WASHINGTON -- US President George W. Bush's approval rating hit a new low on the fifth anniversary of the Iraq war, a poll released Wednesday showed.
The poll by CNN and the Opinion Research Corporation found that 67 percent of 1,019 adults surveyed from March 14 to 16 disapproved of the Bush administration.
Iraq war demonstrators march by the White House in Washington, Wednesday, March 19, 2008, on the fifth anniversary of the Iraq war. US President George W. Bush's approval rating hit a new low on the fifth anniversary of the Iraq war, a poll released Wednesday showed. [Xinhua]
CNN said the 31 percent approval rating in the latest survey was a new low for Bush in its polling records, 40 percentage points lower than at the start of the Iraq war on March 20, 2003.
"Bush's approval rating five years ago, at the start of the Iraq war, was 71 percent, and that 40-points drop is almost identical to the drop President Lyndon Johnson faced during the Vietnam War," CNN polling director Keating Holland said.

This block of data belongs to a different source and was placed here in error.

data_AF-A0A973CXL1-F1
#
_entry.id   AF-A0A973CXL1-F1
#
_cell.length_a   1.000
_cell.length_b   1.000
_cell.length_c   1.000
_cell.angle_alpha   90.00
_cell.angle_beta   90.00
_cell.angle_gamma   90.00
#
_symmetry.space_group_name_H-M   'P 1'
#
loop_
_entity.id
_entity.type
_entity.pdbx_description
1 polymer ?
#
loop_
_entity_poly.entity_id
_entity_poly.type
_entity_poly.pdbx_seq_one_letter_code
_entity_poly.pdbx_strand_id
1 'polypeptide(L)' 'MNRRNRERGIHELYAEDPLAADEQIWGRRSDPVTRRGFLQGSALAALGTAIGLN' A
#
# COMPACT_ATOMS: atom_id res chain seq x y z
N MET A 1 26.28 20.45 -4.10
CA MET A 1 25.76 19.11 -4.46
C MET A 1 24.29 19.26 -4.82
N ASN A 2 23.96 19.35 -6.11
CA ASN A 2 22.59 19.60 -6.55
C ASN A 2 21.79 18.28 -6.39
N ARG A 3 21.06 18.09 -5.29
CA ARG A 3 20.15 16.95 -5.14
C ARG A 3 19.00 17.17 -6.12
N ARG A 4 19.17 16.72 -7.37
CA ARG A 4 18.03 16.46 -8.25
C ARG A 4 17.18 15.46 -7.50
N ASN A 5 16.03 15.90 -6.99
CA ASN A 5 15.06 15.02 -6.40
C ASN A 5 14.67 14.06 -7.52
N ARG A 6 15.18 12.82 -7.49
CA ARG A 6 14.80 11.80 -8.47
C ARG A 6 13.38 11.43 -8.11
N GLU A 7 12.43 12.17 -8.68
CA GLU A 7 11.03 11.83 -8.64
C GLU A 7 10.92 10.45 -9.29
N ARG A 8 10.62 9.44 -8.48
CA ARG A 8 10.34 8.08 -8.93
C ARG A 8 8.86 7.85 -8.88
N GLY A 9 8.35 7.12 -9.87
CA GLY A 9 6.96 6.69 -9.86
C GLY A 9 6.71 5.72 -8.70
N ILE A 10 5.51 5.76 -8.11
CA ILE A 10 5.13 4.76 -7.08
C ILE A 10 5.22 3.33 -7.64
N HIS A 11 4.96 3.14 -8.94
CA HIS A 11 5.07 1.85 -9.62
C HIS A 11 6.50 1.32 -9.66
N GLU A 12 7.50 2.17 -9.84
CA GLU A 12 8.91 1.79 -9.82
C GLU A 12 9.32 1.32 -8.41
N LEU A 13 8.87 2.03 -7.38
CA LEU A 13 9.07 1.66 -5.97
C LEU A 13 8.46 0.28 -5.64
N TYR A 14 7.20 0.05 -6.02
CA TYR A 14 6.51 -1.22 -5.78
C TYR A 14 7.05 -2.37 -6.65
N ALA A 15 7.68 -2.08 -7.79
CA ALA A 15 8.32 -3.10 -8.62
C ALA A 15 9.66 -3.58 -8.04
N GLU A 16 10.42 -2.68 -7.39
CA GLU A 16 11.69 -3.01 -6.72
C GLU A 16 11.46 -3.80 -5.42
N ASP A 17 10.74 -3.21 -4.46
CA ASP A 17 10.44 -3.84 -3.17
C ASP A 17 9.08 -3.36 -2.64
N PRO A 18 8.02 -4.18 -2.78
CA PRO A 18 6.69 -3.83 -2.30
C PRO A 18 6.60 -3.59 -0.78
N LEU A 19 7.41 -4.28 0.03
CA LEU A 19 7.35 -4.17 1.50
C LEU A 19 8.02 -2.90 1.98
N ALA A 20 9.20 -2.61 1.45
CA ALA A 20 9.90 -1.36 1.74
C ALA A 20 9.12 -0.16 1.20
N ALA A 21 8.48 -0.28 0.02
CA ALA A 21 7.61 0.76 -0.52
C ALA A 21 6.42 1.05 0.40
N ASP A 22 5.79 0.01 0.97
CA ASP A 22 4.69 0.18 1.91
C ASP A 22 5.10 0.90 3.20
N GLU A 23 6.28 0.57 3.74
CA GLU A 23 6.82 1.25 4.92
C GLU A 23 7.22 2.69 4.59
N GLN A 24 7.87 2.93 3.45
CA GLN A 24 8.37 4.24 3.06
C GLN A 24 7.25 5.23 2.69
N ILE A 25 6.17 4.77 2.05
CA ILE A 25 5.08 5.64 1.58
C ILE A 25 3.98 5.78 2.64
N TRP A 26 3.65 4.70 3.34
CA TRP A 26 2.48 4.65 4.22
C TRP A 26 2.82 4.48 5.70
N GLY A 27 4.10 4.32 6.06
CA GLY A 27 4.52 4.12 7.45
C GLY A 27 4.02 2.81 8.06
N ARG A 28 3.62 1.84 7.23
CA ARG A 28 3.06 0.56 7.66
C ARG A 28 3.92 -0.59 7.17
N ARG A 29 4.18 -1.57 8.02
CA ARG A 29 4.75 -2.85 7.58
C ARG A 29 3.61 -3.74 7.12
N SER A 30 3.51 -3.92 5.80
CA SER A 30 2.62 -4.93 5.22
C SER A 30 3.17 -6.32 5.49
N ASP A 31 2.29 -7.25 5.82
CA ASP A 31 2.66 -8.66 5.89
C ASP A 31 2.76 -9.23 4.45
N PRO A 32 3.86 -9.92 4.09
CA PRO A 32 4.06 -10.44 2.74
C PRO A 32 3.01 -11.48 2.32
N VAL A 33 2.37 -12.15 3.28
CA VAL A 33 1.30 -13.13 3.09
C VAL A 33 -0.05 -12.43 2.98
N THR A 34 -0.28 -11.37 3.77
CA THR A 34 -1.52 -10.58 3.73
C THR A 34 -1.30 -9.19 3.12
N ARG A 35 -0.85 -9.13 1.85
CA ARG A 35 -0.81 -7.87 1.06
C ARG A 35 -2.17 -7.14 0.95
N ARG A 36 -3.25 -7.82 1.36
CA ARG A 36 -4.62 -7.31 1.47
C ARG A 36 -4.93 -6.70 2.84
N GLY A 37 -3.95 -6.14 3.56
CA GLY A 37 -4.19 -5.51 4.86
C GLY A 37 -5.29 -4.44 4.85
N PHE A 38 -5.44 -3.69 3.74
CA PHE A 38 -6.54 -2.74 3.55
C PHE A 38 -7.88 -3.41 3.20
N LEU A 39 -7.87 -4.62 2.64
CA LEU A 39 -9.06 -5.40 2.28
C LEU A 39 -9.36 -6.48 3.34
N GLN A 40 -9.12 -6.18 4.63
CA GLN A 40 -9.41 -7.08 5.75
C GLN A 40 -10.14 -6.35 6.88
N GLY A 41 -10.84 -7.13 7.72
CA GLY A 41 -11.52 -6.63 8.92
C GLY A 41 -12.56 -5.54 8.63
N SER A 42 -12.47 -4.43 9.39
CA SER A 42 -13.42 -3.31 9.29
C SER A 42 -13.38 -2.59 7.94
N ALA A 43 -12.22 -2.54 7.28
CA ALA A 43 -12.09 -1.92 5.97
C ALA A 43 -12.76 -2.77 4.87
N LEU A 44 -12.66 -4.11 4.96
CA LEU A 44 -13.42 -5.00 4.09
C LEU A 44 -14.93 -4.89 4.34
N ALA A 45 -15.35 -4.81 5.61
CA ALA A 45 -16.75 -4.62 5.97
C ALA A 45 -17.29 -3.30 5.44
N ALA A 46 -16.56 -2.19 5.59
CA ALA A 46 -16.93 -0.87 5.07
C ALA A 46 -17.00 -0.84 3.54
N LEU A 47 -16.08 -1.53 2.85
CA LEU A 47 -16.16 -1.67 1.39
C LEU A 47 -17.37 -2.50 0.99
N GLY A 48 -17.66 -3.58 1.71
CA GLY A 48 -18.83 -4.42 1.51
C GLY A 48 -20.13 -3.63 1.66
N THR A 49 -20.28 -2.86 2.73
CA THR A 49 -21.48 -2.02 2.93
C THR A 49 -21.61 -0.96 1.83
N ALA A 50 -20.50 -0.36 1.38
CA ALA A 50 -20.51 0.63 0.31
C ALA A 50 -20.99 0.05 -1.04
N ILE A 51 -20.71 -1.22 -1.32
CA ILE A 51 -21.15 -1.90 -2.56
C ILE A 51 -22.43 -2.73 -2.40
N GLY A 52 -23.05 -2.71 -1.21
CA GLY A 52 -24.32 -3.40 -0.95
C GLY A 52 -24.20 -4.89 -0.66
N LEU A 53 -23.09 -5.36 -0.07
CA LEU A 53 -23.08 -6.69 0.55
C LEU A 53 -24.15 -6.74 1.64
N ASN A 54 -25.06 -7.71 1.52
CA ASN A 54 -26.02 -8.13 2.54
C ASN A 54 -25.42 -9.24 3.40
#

Among Republicans, 64 percent of those polled favored Bush's performance, while only 9 percent of Democrats did.
However, it was not the lowest approval rating in history. Bush's father, George H. W. Bush, hit 29 percent in July 1992, Jimmy Carter slumped to 28 percent in June 1979 and Richard Nixon recorded 24 percent in July and August of 1974, according to CNN.
"Lame-duck presidents presiding over unpopular wars or struggling economies have gotten low approval ratings in the past," Holland said.
Despite US public opposition, Bush defended the Iraq war, saying in a speech on the war's anniversary earlier Wednesday at the Pentagon that it was the right decision.
Admitting the war had become "longer, harder and more costly than we anticipated," Bush reiterated his opposition to fast withdrawal of the current 155,000 US troops from Iraq.
"There's still hard work to be done in Iraq," he said. "The gains we've made are fragile and reversible."
A number of demonstrations were staged and scheduled across the country Wednesday, calling for an end to the war that has killed nearly 4,000 US troops and tens of thousands of Iraqi civilians, and cost over US$400 billion up to December 2007.